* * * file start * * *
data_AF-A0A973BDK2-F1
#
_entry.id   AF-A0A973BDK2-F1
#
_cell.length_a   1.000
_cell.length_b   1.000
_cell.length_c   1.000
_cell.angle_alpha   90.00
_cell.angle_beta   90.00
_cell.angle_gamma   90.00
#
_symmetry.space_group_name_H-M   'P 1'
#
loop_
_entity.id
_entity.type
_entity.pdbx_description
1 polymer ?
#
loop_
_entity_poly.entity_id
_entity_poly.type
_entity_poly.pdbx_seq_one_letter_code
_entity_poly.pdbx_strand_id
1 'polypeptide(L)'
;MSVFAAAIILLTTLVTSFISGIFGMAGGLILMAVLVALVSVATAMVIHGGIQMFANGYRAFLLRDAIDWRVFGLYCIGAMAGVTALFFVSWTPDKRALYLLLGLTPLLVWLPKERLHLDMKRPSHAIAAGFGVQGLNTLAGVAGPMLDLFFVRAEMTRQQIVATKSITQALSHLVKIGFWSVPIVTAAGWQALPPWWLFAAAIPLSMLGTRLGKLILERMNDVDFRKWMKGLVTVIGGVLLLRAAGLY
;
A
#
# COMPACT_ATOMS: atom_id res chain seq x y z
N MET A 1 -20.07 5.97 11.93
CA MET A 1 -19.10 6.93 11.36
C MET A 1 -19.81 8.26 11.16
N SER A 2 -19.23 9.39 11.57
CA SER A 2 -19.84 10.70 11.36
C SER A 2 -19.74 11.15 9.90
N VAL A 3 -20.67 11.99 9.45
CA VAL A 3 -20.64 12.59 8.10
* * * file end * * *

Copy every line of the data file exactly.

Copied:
data_AF-A0A973BDK2-F1
#
_entry.id   AF-A0A973BDK2-F1
#
_cell.length_a   1.000
_cell.length_b   1.000
_cell.length_c   1.000
_cell.angle_alpha   90.00
_cell.angle_beta   90.00
_cell.angle_gamma   90.00
#
_symmetry.space_group_name_H-M   'P 1'
#
loop_
_entity.id
_entity.type
_entity.pdbx_description
1 polymer ?
#
loop_
_entity_poly.entity_id
_entity_poly.type
_entity_poly.pdbx_seq_one_letter_code
_entity_poly.pdbx_strand_id
1 'polypeptide(L)'
;MSVFAAAIILLTTLVTSFISGIFGMAGGLILMAVLVALVSVATAMVIHGGIQMFANGYRAFLLRDAIDWRVFGLYCIGAMAGVTALFFVSWTPDKRALYLLLGLTPLLVWLPKERLHLDMKRPSHAIAAGFGVQGLNTLAGVAGPMLDLFFVRAEMTRQQIVATKSITQALSHLVKIGFWSVPIVTAAGWQALPPWWLFAAAIPLSMLGTRLGKLILERMNDVDFRKWMKGLVTVIGGVLLLRAAGLY
;
A
#
# COMPACT_ATOMS: atom_id res chain seq x y z
N MET A 1 -20.07 5.97 11.93
CA MET A 1 -19.10 6.93 11.36
C MET A 1 -19.81 8.26 11.16
N SER A 2 -19.23 9.39 11.57
CA SER A 2 -19.84 10.70 11.36
C SER A 2 -19.74 11.15 9.90
N VAL A 3 -20.67 11.99 9.45
CA VAL A 3 -20.64 12.59 8.10